Miss Tibbit and I stood in the rain eating black raspberries off the canes in the backyard. I reached high, Miss Tibbit plucked the low ones with her front nibble teeth. Their pure, rain-washed fruitiness is soothing my stomach after a feast of lamb vindaloo and chicken xacuti, samosas and deep-fried paneer at the Taj Grill. I can hear the rain pinging on the steel frame of the scaffolding. We should be painting. Monsoon-like rains and passing lightening storms make it impossible.
The scaffolding arrived a week ago on a big rig. It traveled across country for 22 days to get here. Twenty feet of bright yellow painted tubular steel and mini-girders. So cheery. So horrifyingly high. From July 2 to July 5 we spent the daylight hours perched on Level 1 (6 feet), Level 2 (12 feet), Level 3 (18 feet) scraping, washing, priming. The husband of each neighboring household came to see. From my aerie they all looked the same: wide legged stance, arms crossed over the chest, head tilted back, mouth a little open. I think the WideEyedHousehold looks a little otherworldly up there with gangling arms and legs working on the small 2 by 6 feet platform – reaching out, over, up, to deal with the house’s overhanding soffit and decorative exposed rafters. The high roof and architectural details looked so cool (“badass” the Spouse says) when we bought the place. I didn’t think about spending days and days with them.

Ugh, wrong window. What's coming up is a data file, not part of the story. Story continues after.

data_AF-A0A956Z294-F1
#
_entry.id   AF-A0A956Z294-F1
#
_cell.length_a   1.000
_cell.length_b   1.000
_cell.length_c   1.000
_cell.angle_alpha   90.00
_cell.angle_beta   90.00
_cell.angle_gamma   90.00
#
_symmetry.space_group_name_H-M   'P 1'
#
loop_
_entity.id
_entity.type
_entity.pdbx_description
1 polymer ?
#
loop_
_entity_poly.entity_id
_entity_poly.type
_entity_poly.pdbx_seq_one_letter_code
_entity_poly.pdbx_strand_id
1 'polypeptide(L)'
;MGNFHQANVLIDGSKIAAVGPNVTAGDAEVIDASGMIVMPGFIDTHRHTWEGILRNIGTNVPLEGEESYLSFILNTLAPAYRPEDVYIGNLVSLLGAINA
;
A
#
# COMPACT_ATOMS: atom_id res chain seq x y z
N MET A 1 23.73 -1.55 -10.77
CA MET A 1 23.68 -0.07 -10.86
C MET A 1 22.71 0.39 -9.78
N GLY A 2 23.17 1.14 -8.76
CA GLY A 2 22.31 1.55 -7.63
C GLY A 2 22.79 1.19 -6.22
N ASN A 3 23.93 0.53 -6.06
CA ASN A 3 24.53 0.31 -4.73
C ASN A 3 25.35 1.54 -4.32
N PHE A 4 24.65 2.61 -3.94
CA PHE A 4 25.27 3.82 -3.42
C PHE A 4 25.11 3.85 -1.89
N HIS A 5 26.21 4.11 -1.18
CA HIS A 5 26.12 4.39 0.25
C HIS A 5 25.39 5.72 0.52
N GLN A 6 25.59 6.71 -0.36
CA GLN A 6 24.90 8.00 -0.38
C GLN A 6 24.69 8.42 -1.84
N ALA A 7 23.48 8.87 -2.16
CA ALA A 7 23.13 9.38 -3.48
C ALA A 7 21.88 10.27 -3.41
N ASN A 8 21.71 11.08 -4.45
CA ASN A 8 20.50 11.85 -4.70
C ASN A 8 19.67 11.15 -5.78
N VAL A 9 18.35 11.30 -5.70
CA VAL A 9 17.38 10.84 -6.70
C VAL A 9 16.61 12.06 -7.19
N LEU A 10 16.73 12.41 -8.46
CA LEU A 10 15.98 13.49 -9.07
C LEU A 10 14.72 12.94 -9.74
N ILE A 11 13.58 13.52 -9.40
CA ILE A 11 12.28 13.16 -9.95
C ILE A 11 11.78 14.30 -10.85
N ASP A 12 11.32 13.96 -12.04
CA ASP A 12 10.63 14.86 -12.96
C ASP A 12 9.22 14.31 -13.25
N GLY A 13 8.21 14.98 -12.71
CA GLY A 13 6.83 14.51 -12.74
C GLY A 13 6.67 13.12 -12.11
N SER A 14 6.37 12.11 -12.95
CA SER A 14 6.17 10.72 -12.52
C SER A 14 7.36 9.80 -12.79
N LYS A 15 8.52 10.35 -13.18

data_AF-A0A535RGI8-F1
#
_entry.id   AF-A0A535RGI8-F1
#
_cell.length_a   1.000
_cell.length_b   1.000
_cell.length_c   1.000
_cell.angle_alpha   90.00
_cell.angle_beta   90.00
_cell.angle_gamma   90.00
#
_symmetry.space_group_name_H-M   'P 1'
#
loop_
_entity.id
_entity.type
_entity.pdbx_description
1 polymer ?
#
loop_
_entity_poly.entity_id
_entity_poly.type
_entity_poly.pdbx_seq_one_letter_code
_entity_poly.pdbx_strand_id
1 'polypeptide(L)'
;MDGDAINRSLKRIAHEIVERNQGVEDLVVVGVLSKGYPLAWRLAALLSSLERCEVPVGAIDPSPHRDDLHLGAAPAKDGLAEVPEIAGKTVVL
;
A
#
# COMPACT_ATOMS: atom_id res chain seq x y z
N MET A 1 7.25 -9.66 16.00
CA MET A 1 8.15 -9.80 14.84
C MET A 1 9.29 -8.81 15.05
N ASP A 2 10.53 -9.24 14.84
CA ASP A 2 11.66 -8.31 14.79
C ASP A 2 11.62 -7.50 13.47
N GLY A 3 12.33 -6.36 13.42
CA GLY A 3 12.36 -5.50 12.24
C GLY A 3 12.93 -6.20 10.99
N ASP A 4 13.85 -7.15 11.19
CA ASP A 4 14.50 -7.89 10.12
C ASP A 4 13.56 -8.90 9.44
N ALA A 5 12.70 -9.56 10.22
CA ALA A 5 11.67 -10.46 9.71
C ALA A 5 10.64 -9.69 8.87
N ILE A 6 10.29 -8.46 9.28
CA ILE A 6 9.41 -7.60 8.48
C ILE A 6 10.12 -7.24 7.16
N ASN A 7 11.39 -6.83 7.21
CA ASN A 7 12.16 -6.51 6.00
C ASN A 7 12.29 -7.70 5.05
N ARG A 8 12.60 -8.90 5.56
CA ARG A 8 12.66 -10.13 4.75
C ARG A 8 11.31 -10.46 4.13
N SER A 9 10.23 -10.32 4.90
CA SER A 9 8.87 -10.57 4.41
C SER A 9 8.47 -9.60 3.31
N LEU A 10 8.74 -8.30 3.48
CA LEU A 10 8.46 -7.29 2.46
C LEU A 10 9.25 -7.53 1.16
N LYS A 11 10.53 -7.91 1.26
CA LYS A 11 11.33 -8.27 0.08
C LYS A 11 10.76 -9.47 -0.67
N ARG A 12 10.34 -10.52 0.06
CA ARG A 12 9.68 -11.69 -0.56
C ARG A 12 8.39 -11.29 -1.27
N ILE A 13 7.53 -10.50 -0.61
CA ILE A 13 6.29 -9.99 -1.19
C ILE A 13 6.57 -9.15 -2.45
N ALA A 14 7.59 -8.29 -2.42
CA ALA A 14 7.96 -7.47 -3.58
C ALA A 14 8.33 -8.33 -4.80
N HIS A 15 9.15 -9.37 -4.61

One set of neighbors had a party over the weekend. From my post up high I could smell the bbq, drinks, and perfume. The women’s dresses were a swirl of color. Kids laughed and played. The men kept easing around the corner of their house to peek at the scaffolding. I painted on primer during their cocktails. I painted through their dinner. I painted as they sat, idling with wine into the summer evening.
The WideEyedSpouse and I spelled each other in the high places. I don’t know what he thought about up there, but I started jealously guarding my time on Level 3. The breeze was nice. Voices faded to murmurs and traffic on the nearby Scajaquada Expressway rumbled at a deeper tone. Squirrels and birds chirping and chittering in the trees were my companions. I became nothing but arms attached to a paint scraper, or arms with a paint brush instead of a hand.
“I can’t believe you are painting your own house,” WideEyedNeighborP said. “What else are we going to do all summer?” I said, “Sit around on the patio and drink?” I think when we are done I’ll install the scaffolding among the back yard maple trees. My own industrial tree-house. It’s possible I’m becoming weird.